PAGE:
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Industry Hot Take: Sharing News Online

By Victoria Moore, GLC Intern Extraordinaire

The start of a new decade doesn't just indicate the passing of 10 years, but also provides us an opportunity to look to the past for lessons and to the future for predictions. As we jump head first into 2020, many public relations and business professionals are looking to the past to predict how they can effectively keep up with the ever-changing digital landscape.

Any social media user knows this: social media is an efficient, accessible way to share personal and professional information. A study featured in the World Economic Forum states that 80 percent of people will be active on some social media platform by 2023. Whether you find yourself scrolling through the endless pictures of your friends' children on their Facebook pages or the numerous industry news articles on LinkedIn, you are keeping up with the online conversation. What you may not realize is how reliant the marketing, business and public relations industries are becoming on this very concept.

So many of us get news through posts shared by my friends and family on social media platforms first, rather than the media outlet or company social media account where the news was initially published. The link may take us to that outlet, but we're first seeing the news on Facebook, LinkedIn, Twitter, etc. A 2012 study from PR Daily states that people are getting their news from social media more than ever before. Individuals tend to access news information shared from their friends and family members more than news shared from a media outlet or a brand or company's social media account. The goal of businesses is to strategically share their news so that it will best reach their desired audience(s). But what does this mean for our future as working professionals if the public is accessing news using personal social media before traditional media outlets or business accounts?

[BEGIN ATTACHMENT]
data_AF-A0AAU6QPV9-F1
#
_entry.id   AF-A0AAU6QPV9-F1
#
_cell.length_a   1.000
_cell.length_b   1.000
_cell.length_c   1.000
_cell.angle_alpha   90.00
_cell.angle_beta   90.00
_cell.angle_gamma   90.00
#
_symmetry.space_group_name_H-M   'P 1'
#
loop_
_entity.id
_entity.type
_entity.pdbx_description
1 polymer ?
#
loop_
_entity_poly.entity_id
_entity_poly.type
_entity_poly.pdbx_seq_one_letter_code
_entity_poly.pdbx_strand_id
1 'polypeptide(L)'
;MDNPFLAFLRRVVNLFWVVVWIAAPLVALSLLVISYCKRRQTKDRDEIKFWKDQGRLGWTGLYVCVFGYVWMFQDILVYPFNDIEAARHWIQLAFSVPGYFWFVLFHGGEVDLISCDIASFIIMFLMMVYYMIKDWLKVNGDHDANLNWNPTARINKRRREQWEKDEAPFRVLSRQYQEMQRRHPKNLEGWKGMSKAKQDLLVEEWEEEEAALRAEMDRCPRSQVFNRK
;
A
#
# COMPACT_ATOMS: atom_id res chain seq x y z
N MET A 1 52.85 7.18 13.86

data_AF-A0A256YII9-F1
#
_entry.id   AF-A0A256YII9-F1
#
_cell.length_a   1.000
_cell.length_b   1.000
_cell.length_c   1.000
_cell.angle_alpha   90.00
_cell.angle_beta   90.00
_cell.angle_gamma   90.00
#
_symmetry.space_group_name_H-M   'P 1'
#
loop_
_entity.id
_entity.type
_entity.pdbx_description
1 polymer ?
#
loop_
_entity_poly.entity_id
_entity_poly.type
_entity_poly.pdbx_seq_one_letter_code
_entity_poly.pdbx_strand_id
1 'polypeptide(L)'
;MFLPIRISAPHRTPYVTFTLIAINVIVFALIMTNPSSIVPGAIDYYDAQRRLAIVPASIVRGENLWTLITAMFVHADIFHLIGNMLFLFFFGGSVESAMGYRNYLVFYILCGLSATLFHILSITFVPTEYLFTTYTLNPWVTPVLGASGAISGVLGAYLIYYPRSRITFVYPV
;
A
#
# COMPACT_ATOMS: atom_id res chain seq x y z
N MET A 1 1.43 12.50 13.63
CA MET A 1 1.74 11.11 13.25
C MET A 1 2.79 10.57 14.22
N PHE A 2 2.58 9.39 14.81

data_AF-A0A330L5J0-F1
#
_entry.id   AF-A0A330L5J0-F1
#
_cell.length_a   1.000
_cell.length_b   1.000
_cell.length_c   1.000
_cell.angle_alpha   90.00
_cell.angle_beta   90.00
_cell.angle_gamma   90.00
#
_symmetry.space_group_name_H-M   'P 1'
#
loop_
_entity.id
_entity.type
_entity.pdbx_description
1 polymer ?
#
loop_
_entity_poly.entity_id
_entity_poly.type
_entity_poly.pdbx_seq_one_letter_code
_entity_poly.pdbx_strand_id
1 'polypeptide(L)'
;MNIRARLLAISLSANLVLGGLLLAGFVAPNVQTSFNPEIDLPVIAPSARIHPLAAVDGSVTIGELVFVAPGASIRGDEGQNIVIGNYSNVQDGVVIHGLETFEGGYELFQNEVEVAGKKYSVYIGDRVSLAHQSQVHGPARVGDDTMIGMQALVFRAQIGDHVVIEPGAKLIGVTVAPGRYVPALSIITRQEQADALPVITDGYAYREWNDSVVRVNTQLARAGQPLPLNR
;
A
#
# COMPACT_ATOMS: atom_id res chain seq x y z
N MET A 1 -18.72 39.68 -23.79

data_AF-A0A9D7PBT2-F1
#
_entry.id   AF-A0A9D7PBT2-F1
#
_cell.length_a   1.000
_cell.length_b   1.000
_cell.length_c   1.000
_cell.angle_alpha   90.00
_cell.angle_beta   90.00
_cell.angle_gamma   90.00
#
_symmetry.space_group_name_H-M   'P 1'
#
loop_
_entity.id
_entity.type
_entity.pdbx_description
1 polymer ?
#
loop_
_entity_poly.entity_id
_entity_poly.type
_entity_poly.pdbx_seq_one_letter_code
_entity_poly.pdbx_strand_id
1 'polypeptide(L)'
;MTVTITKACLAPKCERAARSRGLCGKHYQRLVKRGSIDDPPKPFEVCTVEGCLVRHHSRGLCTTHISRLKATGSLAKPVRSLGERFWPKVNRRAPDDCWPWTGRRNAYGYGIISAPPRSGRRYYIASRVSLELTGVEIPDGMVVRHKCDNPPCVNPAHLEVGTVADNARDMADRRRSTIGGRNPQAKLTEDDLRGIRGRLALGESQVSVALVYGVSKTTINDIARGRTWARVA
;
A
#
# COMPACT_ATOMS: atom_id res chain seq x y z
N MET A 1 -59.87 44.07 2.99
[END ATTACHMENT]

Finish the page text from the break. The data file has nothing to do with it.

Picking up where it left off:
A perfect example of the growth of online news beyond traditional news outlets is LinkedIn’s online newsroom. The network currently employs 65 journalists and is looking to add to that number. By placing editors in different countries (including 20 editors based in the United States), LinkedIn is succeeding in is moving the conversation from a professional, stagnant one to a personal, shareable one.

As publicists and businesses plan for the year ahead, it's important to reflect on how your content is being received and conveyed to the public. This past decade is proof that there are endless ways to share information online, but having that information go beyond traditional media outlets and reach readers personally is vital.

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